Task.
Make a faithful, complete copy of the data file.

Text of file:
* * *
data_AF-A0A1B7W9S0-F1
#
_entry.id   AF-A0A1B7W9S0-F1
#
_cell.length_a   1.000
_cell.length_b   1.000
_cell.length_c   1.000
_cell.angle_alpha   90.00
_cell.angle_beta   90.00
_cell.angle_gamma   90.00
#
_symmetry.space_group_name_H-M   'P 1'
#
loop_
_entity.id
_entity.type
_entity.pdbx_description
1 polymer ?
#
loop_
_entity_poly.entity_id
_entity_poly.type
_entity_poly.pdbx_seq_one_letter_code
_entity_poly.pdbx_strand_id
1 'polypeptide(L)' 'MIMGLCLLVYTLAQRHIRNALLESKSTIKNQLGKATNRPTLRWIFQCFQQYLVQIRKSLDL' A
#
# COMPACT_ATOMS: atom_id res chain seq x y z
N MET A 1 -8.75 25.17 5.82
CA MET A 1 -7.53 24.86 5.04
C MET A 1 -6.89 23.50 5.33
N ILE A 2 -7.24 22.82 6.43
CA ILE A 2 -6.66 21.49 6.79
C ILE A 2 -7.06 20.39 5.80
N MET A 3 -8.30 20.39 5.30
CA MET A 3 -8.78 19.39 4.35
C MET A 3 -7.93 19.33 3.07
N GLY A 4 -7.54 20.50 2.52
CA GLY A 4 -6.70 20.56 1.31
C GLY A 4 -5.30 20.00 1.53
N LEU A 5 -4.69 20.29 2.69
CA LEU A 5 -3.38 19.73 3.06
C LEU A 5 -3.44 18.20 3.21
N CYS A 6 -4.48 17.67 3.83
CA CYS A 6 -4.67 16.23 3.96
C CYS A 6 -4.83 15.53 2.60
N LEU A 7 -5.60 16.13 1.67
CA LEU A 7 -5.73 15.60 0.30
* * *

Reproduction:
data_AF-A0A1B7W9S0-F1
#
_entry.id   AF-A0A1B7W9S0-F1
#
_cell.length_a   1.000
_cell.length_b   1.000
_cell.length_c   1.000
_cell.angle_alpha   90.00
_cell.angle_beta   90.00
_cell.angle_gamma   90.00
#
_symmetry.space_group_name_H-M   'P 1'
#
loop_
_entity.id
_entity.type
_entity.pdbx_description
1 polymer ?
#
loop_
_entity_poly.entity_id
_entity_poly.type
_entity_poly.pdbx_seq_one_letter_code
_entity_poly.pdbx_strand_id
1 'polypeptide(L)' 'MIMGLCLLVYTLAQRHIRNALLESKSTIKNQLGKATNRPTLRWIFQCFQQYLVQIRKSLDL' A
#
# COMPACT_ATOMS: atom_id res chain seq x y z
N MET A 1 -8.75 25.17 5.82
CA MET A 1 -7.53 24.86 5.04
C MET A 1 -6.89 23.50 5.33
N ILE A 2 -7.24 22.82 6.43
CA ILE A 2 -6.66 21.49 6.79
C ILE A 2 -7.06 20.39 5.80
N MET A 3 -8.30 20.39 5.30
CA MET A 3 -8.78 19.39 4.35
C MET A 3 -7.93 19.33 3.07
N GLY A 4 -7.54 20.50 2.52
CA GLY A 4 -6.70 20.56 1.31
C GLY A 4 -5.30 20.00 1.53
N LEU A 5 -4.69 20.29 2.69
CA LEU A 5 -3.38 19.73 3.06
C LEU A 5 -3.44 18.20 3.21
N CYS A 6 -4.48 17.67 3.83
CA CYS A 6 -4.67 16.23 3.96
C CYS A 6 -4.83 15.53 2.60
N LEU A 7 -5.60 16.13 1.67
CA LEU A 7 -5.73 15.60 0.30